Why modern Greece should shake off Socrates and Plato
Why did Greece erupt in dreadful riots last week?
It can’t have been entirely the tragic shooting of the unfortunate teenager. Though exactly which of the factors that might have been behind it were really the most important is still anyone’s guess.
There’s the recession, unemployment, government corruption, poverty, anarchist provocation, police violence, the tensions of immigration . . .and so on. Certainly there’s been a massive transition in the cultural make-up of Greece. No one who has been there in the last few years could fail to have spotted how “the Albanians” have been blamed for everything from local robberies to shoddy plumbing.
But it is hard also not to spot how most Greek (and some other) commentators repeatedly reach for classical antecedents, not always accurately, from Plato and Socrates . . . and others.
Now, I’m usually all in favour of reflecting on classical precedents for most things in modern life. But in this case, it seems to me that my beloved classical precedents might be more of the problem than the solution.
For start an awful lot of misattribution of “Greek thinking” has been going on. The one time chair of the Greek Olympic Committee, Stratis Stratigis, was quoted as writing (about democracy) ““It taught the citizens to regard disrespect as a right, lawlessness as liberty, impertinence as equality and anarchy as enjoyment”.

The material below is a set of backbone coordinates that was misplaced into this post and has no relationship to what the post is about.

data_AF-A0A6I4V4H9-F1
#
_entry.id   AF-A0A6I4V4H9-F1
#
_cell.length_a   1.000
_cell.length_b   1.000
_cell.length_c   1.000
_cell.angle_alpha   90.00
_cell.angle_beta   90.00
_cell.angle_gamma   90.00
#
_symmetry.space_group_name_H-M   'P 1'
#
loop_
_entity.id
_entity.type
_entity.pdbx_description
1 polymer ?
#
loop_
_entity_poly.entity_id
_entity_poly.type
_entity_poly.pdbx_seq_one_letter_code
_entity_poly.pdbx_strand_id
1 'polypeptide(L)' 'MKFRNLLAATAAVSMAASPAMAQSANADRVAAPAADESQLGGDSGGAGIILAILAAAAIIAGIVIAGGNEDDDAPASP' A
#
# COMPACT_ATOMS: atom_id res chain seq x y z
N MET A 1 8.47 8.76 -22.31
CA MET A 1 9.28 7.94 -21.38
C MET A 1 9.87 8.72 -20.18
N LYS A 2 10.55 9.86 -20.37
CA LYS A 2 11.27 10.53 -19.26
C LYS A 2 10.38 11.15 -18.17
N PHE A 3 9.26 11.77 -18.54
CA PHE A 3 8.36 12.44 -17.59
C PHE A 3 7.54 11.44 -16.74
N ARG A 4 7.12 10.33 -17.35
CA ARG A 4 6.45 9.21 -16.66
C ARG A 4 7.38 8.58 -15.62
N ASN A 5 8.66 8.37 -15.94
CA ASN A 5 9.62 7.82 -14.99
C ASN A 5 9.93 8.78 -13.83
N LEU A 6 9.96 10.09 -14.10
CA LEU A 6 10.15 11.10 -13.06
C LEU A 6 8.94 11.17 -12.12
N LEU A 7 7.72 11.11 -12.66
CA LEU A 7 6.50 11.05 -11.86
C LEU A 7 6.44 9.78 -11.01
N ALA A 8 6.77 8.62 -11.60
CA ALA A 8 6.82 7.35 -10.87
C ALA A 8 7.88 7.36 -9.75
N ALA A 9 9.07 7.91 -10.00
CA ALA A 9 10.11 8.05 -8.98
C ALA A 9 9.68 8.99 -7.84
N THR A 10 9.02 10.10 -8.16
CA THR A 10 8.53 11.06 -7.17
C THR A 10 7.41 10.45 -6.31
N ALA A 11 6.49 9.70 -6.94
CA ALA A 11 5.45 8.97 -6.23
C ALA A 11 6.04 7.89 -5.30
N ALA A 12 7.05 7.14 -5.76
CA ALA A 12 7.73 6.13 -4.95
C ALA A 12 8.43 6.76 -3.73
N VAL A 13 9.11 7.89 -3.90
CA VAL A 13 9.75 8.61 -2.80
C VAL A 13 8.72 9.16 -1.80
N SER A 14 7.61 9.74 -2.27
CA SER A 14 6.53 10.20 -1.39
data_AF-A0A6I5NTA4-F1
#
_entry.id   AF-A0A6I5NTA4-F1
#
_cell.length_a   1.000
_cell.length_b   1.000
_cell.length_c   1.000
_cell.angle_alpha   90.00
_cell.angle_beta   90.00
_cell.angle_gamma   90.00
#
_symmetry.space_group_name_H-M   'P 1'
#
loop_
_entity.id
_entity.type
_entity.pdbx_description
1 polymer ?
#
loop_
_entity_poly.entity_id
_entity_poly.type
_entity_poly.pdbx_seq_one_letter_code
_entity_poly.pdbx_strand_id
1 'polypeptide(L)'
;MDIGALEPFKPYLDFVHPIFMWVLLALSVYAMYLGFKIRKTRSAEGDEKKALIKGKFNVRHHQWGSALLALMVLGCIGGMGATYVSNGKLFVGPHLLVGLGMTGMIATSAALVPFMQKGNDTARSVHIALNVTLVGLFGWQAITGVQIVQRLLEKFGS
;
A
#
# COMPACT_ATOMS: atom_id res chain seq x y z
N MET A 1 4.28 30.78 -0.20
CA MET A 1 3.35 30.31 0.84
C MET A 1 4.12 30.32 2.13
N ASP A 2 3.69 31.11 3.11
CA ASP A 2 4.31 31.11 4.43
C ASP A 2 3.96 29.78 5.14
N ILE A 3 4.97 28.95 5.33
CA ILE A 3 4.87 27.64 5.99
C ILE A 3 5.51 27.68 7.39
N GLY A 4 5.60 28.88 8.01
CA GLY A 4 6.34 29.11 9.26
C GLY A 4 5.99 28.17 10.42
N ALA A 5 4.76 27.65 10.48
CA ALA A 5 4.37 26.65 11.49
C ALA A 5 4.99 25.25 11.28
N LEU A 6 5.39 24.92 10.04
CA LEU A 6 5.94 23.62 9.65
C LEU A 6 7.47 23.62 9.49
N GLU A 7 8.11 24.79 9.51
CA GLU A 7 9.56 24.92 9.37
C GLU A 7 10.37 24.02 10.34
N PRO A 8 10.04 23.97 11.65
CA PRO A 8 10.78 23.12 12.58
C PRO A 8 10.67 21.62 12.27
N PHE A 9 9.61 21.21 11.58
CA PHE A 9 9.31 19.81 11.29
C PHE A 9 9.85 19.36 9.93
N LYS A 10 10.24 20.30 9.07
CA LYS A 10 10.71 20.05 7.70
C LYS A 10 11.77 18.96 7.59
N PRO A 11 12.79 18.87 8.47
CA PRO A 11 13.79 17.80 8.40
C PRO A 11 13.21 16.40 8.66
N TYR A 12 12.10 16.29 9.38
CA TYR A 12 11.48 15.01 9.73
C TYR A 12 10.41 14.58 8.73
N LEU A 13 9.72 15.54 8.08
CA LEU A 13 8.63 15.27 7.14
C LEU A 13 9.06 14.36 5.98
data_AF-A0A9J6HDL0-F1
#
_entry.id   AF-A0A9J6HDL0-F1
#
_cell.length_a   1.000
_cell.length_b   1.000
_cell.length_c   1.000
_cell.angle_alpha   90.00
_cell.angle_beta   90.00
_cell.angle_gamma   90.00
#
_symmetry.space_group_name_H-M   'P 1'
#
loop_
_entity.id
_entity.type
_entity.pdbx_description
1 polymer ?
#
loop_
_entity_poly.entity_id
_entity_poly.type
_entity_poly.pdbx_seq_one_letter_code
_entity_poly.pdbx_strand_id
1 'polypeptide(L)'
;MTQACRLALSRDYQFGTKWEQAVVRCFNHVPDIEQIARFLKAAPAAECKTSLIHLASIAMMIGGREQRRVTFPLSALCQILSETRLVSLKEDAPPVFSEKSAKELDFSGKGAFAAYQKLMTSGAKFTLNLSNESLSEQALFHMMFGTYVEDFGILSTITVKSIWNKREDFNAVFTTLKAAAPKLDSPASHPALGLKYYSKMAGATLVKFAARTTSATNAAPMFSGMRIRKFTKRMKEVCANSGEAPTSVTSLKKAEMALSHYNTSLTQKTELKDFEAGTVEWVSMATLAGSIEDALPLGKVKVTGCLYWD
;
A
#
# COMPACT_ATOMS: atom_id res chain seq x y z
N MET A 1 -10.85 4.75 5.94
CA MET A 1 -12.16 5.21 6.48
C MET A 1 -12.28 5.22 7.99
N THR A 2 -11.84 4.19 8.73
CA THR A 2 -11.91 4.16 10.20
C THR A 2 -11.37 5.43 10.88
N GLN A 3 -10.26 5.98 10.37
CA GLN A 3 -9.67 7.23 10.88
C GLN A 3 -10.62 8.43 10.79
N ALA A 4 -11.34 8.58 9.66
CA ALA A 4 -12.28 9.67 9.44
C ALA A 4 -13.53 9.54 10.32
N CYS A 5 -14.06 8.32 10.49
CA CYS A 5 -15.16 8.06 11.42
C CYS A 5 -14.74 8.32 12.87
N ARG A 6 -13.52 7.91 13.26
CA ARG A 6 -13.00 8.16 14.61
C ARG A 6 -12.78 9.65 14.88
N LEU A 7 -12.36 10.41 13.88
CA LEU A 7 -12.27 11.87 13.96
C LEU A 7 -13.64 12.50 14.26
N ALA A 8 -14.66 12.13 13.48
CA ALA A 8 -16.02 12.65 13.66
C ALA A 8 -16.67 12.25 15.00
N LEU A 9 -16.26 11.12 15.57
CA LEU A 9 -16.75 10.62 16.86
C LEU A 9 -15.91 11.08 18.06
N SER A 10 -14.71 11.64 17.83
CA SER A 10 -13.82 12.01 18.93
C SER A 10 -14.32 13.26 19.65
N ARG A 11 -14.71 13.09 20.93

Most UK newspapers said that these were the words of Socrates. They presumably hadn’t heard of the fourth-century rhetorician Isocrates, who was in fact the author of this particular homily. It’s actually from his essay the Areopagiticus -- a classic conservative model for how Athens should run itself. Nothing to do with the subversive and radical Socrates and Plato.
And all the more appropriately in a way. Because that conservative, classicisizing, slightly self-satisfied, mono-cultural image that Greece has of itself must compound, if not cause, its present travails.
Lets be clear about this. No European nation has got its multi-cultural or immigration policy entirely straight. So I’m certainly not saying that the UK has it right. Far from it. But Greece has problems all of its own.
The country is now part of a mobile, fluid, diverse European community. But it continues to propagate a myth of itself as none other than direct descendants of the Greece of Pericles – as “Greek” and nothing else. You can see this easily as a tourist. Greece displays to its visitors nothing that is not bona fide Greek, from archaic sculpture through medieval icons to modern embroidery.
But there are more insidious aspects too, I cannot have been the only university teacher in Britain who has been told by a Greek student that I cannot possible understand ancient Greek religion as well as they can – as I am not Greek.
There is of course almost no direct line of descent between the population of ancient and modern Greece. Even if there were, ancient Greece (or Athens, at least -- about which we know the most) was an aggressively mono-cultural, even xenophobic place, hardly a model for modern Europe/
To convince a population (as the Greek educational system is hugely successful at doing) that they are the ethnic descendants of the inventors of democracy, almost a race apart, can only lead to disappointment in the new and infinitely more complicated world order.
And this must be part if the problem.